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Taking treatment for alcohol dependence. How to prevent children from becoming addicted?

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If a father begins treatment for alcohol dependence, what they of system approach outline would you use to prevent the children from becoming addicted? Basically breaking the cycle.
Posted Sat, 11 May 2013 in Mental Health
Answered by Dr. Jonas Sundarakumar 35 hours later

Preventive strategies for childrenare indeed a key aspect of the systems approach, when a parent starts treatment for alcohol dependence. Like I had mentioned earlier, there can be various factors like “modelling” or other dysfunctional family dynamics which may put the children of alcoholic parents at risk of developing substance abuse problems in the future.

The number of children at risk that we are talking about is astounding. There are 18 million alcoholics in the U.S. according to the National Council on Alcoholism and Drug Dependence (2005). As a result, an estimated 26.8 million children are exposed, at varying degrees, to alcoholism in the immediate or extended family. These children are more likely to marry an alcoholic as well, thereby leading to the formation of a truly vicious cycle of addiction involving many generations.

So, a significant proportion of time and effort in therapy has to be spent with these children. Identifying these dysfunctional family dynamics and breaking the vicious cycle will not only prevent children from developing addictive behaviours, but will also prevent many generations to come, from this problem of addiction.

The treatment approach will involve the following principles:

1)     Identify parental risk factors, family situations and dysfunctional family dynamics early on so that appropriate preventive interventions for children can be planned accordingly.

2)     Aim to engage the children in therapy as early as possible and keep them actively involved in therapy (Therapists often tend to underestimate the early negative impact of an alcoholic parent or tend to keep this agenda towards the end of therapy).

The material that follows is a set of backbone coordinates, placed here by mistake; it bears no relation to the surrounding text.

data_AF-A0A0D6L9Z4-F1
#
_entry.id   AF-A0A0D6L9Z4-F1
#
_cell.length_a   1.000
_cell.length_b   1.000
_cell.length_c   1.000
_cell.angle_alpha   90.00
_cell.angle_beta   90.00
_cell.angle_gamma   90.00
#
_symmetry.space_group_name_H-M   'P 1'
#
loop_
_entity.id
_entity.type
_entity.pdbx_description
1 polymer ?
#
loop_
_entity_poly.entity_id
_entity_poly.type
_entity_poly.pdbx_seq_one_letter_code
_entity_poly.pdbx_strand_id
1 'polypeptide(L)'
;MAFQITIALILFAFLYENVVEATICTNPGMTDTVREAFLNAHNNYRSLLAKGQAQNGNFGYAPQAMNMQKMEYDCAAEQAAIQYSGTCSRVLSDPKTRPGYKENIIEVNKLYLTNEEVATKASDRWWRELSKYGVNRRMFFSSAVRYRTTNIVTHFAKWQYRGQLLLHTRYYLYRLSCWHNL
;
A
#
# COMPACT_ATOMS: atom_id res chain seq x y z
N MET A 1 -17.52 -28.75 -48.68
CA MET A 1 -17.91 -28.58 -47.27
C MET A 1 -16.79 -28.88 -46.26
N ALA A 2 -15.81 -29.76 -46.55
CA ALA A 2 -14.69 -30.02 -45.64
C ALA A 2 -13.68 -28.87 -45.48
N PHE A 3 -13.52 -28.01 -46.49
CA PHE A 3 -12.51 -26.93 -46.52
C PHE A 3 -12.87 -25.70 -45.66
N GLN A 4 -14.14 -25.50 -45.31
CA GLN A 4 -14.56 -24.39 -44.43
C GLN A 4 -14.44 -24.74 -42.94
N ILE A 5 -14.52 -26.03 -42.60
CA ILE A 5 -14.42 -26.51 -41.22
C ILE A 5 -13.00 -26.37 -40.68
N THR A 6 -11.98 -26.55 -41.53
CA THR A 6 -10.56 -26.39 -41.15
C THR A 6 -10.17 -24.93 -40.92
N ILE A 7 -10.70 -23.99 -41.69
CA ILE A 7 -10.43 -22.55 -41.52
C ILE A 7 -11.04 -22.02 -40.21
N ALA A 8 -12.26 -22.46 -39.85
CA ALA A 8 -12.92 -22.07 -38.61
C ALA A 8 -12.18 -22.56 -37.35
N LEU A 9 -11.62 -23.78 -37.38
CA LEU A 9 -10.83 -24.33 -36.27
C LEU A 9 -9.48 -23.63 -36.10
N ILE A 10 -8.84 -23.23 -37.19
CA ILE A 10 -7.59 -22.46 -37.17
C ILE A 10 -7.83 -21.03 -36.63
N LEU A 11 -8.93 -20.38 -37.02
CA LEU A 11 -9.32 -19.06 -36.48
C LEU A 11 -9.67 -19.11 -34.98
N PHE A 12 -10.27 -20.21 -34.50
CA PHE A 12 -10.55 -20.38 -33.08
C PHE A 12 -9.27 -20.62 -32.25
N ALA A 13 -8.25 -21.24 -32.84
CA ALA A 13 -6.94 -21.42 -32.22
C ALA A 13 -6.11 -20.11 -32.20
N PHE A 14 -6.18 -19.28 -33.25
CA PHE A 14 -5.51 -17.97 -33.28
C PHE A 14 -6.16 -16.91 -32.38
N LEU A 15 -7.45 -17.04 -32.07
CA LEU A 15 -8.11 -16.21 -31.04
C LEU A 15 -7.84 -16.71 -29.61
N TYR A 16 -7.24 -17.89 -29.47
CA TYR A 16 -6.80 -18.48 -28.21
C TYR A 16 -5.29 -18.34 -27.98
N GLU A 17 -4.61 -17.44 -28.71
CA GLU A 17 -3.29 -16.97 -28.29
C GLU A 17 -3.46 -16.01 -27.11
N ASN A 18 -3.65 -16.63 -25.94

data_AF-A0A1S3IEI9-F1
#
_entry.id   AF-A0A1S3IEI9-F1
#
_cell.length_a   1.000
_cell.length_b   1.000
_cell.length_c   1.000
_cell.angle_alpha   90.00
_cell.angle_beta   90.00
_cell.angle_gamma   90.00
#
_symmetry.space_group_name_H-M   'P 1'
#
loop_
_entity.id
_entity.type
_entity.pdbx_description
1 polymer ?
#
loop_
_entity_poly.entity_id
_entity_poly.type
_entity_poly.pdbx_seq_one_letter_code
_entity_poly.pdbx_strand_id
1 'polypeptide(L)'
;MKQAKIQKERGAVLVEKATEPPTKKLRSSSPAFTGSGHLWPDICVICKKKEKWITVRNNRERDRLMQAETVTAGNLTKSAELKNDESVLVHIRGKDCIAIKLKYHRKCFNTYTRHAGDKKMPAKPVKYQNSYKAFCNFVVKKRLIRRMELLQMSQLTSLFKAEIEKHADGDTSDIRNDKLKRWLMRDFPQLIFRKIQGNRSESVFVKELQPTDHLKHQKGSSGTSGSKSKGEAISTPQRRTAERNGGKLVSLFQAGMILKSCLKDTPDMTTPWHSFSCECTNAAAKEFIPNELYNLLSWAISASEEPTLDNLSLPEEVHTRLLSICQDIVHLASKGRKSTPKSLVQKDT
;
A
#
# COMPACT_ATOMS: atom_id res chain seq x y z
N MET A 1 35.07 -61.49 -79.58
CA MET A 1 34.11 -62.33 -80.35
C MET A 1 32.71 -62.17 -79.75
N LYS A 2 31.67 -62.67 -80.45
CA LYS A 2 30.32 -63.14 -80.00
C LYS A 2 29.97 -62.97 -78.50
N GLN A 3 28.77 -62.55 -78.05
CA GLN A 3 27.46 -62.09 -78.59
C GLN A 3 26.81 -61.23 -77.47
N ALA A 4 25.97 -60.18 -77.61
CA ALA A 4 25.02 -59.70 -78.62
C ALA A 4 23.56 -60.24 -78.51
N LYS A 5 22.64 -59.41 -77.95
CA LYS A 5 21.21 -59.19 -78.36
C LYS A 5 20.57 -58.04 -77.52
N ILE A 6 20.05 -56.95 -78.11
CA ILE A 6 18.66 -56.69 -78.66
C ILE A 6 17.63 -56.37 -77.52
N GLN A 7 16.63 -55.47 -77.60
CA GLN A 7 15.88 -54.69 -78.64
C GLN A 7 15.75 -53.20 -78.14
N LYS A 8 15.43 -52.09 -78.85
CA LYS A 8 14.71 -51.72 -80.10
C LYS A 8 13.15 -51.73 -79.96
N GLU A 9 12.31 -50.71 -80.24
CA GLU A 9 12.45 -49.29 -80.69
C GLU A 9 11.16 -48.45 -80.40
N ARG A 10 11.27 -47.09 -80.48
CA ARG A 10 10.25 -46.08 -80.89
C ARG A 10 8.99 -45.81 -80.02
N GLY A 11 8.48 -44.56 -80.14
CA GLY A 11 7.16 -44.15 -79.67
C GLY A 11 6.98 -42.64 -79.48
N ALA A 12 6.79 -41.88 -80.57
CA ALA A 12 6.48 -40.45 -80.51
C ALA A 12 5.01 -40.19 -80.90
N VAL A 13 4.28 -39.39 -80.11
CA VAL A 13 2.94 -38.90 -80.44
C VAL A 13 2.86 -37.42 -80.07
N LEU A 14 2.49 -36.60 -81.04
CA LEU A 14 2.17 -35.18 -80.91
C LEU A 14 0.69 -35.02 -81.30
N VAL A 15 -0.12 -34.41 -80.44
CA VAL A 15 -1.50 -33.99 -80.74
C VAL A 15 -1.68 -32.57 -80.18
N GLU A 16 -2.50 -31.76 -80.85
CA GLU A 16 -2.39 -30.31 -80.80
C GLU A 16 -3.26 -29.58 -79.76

3)     In younger children, interventions should also be targeted at minimizing the developmental impact of an alcoholic father and creating a therapeutic environment where the child is able to feel safe, secure and supported.

4)     In older children, a psycho-educative and supportive approach should be the crux of therapy involving children. They should be empowered and encouraged to freely seek help whenever necessary.

5)     Promptly identifying safety risks (like physical abuse, sexual abuse) and intervening accordingly is also an important priority.

6)     Identifying and strengthening protective factors in the family help in minimizing the risk of psychological problems as well as the risk of addiction.

7)     Rebuilding self-esteem and re-learning to communicate and trust and love should be the ultimate focus of a systems approach involving children of alcoholics.

Firstly, it is important to be aware of and correctly identify what potential parental factors may be putting the children of an alcoholic father at risk of becoming addicted. Only then, appropriate strategies can be planned. Some of the well-known contributing factors for developing addictive behaviours in children are:

-     The developmental impact of parental addiction on children’s attachment and identity formation – leading to development of emotional insecurity, identity diffusion and anti-social traits (in turn leading to addiction). Research shows that earlier the age children are exposed to living with an alcoholic parent, greater are the risks of them developing alcohol problems in the future.

-     Disorderly family structure leading to improper parenting. For example, poor limit setting limit setting, poor inculcation of moral and ethical values, family schisms - such as too much of a punitive approach or too much of an overindulgent approach by one parent (usually the non-alcoholic parent).